London's Pulse: Medical Officer of Health reports 1848-1972

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Southgate 1898

[Report of the Medical Officer of Health for Southgate]

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Measles and Whooping Cough.
Important Advice to Parents and Guardians.
Measles and Whooping Cough are very infectious, and although, when care is taken,
generally mild diseases, are very liable to be attended with dangerous complications; chiefly on this account,
these diseases cause many deaths, and in London alone over 2,500 deaths each occur every year from
Measles and Whooping Cough. These two diseases, therefore, kill more children than Typhoid Fever, Smallpox,
and Diphtheria combined; and where death does not result, it may happen, through neglect, that the child's
constitution is injured for life. Most of these deaths and permanent ill effects could be easily
prevented if those in charge of children possessed the necessary knowledge and exercised the necessary care,
and the object of this handbill is to shew how children may be saved from permanently weakened constitutions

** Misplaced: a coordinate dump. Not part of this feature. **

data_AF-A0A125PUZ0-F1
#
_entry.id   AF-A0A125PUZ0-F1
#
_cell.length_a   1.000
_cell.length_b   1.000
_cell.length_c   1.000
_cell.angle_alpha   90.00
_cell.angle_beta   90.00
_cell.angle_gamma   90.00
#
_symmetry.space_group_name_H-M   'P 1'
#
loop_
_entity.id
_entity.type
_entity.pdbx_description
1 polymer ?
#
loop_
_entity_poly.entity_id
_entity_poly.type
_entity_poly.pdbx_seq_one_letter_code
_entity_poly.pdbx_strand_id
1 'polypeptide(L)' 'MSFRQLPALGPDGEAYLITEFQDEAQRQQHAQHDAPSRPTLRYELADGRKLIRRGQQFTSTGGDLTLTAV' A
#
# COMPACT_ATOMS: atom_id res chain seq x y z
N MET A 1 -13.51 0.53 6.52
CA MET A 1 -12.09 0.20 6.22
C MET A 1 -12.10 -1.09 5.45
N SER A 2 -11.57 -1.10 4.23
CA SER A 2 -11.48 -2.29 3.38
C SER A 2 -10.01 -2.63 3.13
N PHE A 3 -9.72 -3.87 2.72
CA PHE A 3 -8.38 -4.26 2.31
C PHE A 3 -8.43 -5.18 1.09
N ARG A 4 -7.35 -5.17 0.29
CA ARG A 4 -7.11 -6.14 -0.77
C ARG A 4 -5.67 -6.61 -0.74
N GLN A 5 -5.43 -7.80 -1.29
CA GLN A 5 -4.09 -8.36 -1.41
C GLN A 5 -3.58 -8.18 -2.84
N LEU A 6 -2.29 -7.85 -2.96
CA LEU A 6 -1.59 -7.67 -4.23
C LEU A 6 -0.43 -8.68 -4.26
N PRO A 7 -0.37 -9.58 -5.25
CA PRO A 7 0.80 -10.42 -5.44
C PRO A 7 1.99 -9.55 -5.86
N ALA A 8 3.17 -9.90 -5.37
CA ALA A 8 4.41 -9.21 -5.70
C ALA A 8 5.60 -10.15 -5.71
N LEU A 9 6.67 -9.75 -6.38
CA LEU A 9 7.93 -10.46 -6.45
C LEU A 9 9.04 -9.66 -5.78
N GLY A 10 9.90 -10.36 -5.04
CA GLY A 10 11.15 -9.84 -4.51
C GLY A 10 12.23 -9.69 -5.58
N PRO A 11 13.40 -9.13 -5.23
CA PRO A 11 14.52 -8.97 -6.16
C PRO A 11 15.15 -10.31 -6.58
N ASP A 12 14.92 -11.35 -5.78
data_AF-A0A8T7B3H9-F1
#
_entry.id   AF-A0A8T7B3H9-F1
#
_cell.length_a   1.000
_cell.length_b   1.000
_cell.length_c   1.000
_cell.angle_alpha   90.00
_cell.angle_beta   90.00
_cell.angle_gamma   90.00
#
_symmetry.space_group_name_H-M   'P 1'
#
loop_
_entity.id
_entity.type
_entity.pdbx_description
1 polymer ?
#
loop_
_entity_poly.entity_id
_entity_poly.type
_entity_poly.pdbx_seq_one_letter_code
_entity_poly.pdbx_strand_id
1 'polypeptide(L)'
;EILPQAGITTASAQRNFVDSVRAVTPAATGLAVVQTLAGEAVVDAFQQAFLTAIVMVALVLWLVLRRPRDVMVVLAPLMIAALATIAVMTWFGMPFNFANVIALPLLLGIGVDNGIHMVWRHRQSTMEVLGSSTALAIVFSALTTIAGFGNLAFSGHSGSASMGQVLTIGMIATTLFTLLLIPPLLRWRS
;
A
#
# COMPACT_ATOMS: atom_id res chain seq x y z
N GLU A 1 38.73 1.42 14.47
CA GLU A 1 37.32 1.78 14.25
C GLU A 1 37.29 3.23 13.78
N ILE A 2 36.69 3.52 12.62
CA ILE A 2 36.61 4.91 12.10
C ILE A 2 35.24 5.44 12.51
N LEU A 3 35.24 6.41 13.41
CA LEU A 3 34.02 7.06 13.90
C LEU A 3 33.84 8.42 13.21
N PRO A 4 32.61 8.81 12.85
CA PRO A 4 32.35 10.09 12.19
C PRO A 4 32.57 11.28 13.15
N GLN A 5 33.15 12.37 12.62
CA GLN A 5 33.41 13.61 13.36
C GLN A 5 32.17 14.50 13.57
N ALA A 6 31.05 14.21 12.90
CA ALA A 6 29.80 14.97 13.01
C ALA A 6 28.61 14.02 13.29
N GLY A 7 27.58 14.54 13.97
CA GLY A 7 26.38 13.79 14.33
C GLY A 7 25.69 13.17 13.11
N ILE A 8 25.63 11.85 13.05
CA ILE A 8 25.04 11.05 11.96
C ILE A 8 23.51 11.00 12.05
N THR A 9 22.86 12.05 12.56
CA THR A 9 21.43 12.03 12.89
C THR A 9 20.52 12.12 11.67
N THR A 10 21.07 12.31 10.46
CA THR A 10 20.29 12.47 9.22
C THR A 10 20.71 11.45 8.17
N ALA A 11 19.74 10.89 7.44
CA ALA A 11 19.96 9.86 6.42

or death when Measles or Whooping Cough attacks them.
How to tell when a Child has caught Measles.
About a week after exposure to the infection the child becomes unwell and feverish, with red and watery
eyes, running at the nose, and sometimes headache, sneezing, and a slight cough—just as if the child had
caught a bad cold. Not till 3 or 4 days after this does the rash appear, beginning on the face and
rapidly spreading over the whole body, and gradually dying away again in 3 or 4 days.
Dangerous Complications which may arise from Measles-
The chief danger is from inflammation of the lungs. Sometimes also inflammation of the eyes
or ears occur, which may lead to blindness or deafness.
What to do when a Child has caught Measles.
As soon as Measles is suspected, the child should be separated from all other children, clothed in a flannel
garment, put to bed in a warm room out of all draughts, and a doctor consulted. Owing to the frequency
of grave complications, parents or guardians who neglect to place their children under medical
care act very unwisely and wrongly. While feverish and thirsty the child may have as much cold water
or home-made lemonade as it likes, in small quantities at a time. The diet should be light and nutritious. It
is very important to keep the child warm and confined to one room until convalescent.
When the child is up and about again it should be very carefully guarded against chills for some weeks.
Manuel should be worn next the skin, and if the child does not soon regain its good health, medical advice
should be sought.